BALLYEA resident Róisín Ní Fhallúin has achieved one of the highest scores in the country in the Leaving Certificate, having received seven H1 grades yielding a maximum of 625 points.
The Gaelcholáiste an Chláir student is one of 63 in the country to receive the maximum grade in seven subjects and is now preparing to embark on a course in psychology and maths at Trinity College Dublin.
Róisín said she wasn’t expecting to do so well and was hoping for points in the region of 570, in order to do her chosen CAO course.
“My course was 570, so I was hoping I had got 577. I was hoping for two or three H1s. I can’t believe I got it in English because I just didn’t think it went well for me at all.”
Róisín said she enjoyed the experience of going in to collect her results. “It was lovely going in. Everyone was nervous going there and a few of my friends had already opened their results and they were happy, so that was nice. It was nice to see some of our teachers there too because they have been great to me over the years,” she said.
As for her future career hopes, she said her course is broad, so she is hoping either psychology or maths will be for her.
Gaelcholáiste an Chláir principal Brian O’Donoghue expressed his delight at Róisín’s result and paid tribute to her hard work and dedication. “It’s a great day for our students and a tribute to their hard work and dedication to see their efforts recognised in this morning’s results. Many of them are planning to study engineering, science, music, teaching and a range of other options. We’re looking forward to the CAO offers next week and we wish them well in their future endeavours,” said Mr O’Donoghue.
Meanwhile, two St John Bosco Kildysart Community College students achieved more than 600 points. Ciara Kenny, who is from Coolmeen, has pharmacy at UCC down as her first choice, while Michael Donnellan, Kildysart, will study financial mathematics at UL.
“I was nervous but I think I was more nervous before the actual exams. There wasn’t much point in being nervous today. It wasn’t going to change what was going to happen. I was a bit worried about the maths because I was doing higher level. It’s one of those subjects that you never really know how you’re going to get on. English is also very subjective but I’m delighted now. I was really happy with how I did,” Ciara told The Clare Champion on Wednesday.
“I really enjoyed my time in school but I think I’m ready to move on to a new challenge. We had brilliant teachers and because it’s a small school, our teachers had great time for us. For maths, for example, our teacher stayed back with us every single week to help us.
“The teachers give up so much of their free time to help us. I really liked the atmosphere in the school,” Ciara added.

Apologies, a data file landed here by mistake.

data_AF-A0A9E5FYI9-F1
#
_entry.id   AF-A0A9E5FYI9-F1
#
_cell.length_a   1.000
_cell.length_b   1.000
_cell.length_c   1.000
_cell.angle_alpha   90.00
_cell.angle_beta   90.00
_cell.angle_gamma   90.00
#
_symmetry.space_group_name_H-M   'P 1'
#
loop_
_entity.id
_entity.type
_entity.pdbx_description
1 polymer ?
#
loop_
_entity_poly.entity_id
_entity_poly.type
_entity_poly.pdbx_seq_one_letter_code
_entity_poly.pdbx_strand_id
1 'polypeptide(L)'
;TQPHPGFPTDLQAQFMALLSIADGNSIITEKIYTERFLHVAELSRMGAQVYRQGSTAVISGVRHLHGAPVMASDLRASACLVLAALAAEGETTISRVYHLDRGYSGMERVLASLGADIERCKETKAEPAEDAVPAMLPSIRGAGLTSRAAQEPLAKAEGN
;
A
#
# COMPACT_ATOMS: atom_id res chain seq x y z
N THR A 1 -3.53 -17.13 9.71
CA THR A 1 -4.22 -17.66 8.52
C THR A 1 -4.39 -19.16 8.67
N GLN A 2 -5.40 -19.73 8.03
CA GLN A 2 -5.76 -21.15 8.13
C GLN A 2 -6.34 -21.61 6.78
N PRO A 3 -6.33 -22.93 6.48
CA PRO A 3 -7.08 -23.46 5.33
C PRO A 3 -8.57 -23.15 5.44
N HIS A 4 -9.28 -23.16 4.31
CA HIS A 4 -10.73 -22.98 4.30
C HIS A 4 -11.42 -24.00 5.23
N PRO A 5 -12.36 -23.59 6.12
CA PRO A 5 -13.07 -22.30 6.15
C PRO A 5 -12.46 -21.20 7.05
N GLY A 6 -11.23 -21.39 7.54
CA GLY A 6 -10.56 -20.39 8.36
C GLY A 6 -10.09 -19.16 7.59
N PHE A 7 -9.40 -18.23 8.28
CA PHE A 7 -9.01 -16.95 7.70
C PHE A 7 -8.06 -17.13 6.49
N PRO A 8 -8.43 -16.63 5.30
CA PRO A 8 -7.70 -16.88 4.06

Michael Donnellan was somewhat surprised to achieve more than 600 points.
“I’d have been happy to get over 500 but to get over 600, I was shocked more than anything. I wasn’t so confident about English but I got a H1 in that. I was iffy enough about the maths too but I got the H1. I was delighted,” he said.
School principal Denis O’Rourke paid tribute to his staff and the parents of all children who sat the exams in Kildysart.
“We’re delighted that Ciara and Michael got over 600 and we have a number of students that got over 500. There is a history of a high transfer into third level and this year’s results are in line with that. It’s a credit to the teachers and the parents, who support the school and the students,” Mr O’Rourke said.
In East Clare, there were celebrations in Scariff as students achieved exceptional results, with H1 grades appearing right across the spectrum of subjects. School principal Angela McNamara said they were delighted to record a 100% success rate in maths.
She commented, “The new grading system takes getting used to but it seems to have worked well, benefiting in particular those students who may have at times found higher level challenging. They all now have a very solid start to the next chapter in their lives and I wish each and every one of them the very best in the future.”
In Tulla, principal of St Joseph’s Secondary School Margaret O’Brien handed out her last batch of Leaving Certificates, as she prepares to retire at the end of the month.
She said that a notable difference this year seemed to be that a lot of students had apprenticeships lined up, as the improved economic conditions means there are more choices available for students.
In Shannon, deputy principal of St Caimin’s Alan Cunningham said that results had been good, particularly in French, maths, DCG and engineering. He said that students were happy, even though the new points system caused a little bit of confusion.
“The reaction has been very good. The new system throws them a bit. When they open it first, they just get a number and that throws them until they have a chance to put it into their phones and work out their points. Once they do that, they are much, much happier.”
While the Leaving Cert is generally associated with young people, 26 people also received results in Clare having studied under the Back to Education Initiative. Some of these students were in their 70s this year, while they attended classes both during the day and evening.
In Lisdoonvarna, principal of Mary Immaculate Secondary School John O’Loughlin said he was “delighted with the results across all the range of student abilities”.
He said that taking up college offers was by no means the “most appropriate pathway” for everyone and that there are excellent further education opportunities, which could lead students back to the CAO system in August 2018 when they are more mature and more ready to benefit from third-level education.
“Every student’s result is a cause for celebration,” he added.